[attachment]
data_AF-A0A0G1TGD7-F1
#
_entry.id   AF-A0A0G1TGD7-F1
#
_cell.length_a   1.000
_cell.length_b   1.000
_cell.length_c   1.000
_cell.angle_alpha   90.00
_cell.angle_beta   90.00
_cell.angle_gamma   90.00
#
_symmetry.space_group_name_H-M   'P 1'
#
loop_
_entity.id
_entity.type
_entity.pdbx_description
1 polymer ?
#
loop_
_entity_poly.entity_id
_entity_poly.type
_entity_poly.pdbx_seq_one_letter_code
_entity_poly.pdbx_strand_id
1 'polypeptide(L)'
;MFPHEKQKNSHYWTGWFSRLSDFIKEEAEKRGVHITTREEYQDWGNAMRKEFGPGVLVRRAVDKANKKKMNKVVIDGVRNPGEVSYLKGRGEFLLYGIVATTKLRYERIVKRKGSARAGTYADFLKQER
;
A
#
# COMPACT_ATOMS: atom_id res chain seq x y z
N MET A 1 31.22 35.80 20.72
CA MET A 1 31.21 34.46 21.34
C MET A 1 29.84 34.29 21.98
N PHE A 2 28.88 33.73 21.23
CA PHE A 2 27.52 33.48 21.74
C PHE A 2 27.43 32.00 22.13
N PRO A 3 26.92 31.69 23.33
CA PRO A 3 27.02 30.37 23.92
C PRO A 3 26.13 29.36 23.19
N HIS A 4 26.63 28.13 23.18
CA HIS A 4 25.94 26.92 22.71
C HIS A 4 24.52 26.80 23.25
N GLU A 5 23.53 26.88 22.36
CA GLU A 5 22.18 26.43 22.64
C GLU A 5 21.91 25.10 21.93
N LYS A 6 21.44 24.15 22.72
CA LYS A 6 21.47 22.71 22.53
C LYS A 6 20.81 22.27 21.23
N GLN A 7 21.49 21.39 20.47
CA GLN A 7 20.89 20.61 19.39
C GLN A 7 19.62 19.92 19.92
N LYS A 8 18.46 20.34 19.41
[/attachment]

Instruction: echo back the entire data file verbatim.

data_AF-A0A0G1TGD7-F1
#
_entry.id   AF-A0A0G1TGD7-F1
#
_cell.length_a   1.000
_cell.length_b   1.000
_cell.length_c   1.000
_cell.angle_alpha   90.00
_cell.angle_beta   90.00
_cell.angle_gamma   90.00
#
_symmetry.space_group_name_H-M   'P 1'
#
loop_
_entity.id
_entity.type
_entity.pdbx_description
1 polymer ?
#
loop_
_entity_poly.entity_id
_entity_poly.type
_entity_poly.pdbx_seq_one_letter_code
_entity_poly.pdbx_strand_id
1 'polypeptide(L)'
;MFPHEKQKNSHYWTGWFSRLSDFIKEEAEKRGVHITTREEYQDWGNAMRKEFGPGVLVRRAVDKANKKKMNKVVIDGVRNPGEVSYLKGRGEFLLYGIVATTKLRYERIVKRKGSARAGTYADFLKQER
;
A
#
# COMPACT_ATOMS: atom_id res chain seq x y z
N MET A 1 31.22 35.80 20.72
CA MET A 1 31.21 34.46 21.34
C MET A 1 29.84 34.29 21.98
N PHE A 2 28.88 33.73 21.23
CA PHE A 2 27.52 33.48 21.74
C PHE A 2 27.43 32.00 22.13
N PRO A 3 26.92 31.69 23.33
CA PRO A 3 27.02 30.37 23.92
C PRO A 3 26.13 29.36 23.19
N HIS A 4 26.63 28.13 23.18
CA HIS A 4 25.94 26.92 22.71
C HIS A 4 24.52 26.80 23.25
N GLU A 5 23.53 26.88 22.36
CA GLU A 5 22.18 26.43 22.64
C GLU A 5 21.91 25.10 21.93
N LYS A 6 21.44 24.15 22.72
CA LYS A 6 21.47 22.71 22.53
C LYS A 6 20.81 22.27 21.23
N GLN A 7 21.49 21.39 20.47
CA GLN A 7 20.89 20.61 19.39
C GLN A 7 19.62 19.92 19.92
N LYS A 8 18.46 20.34 19.41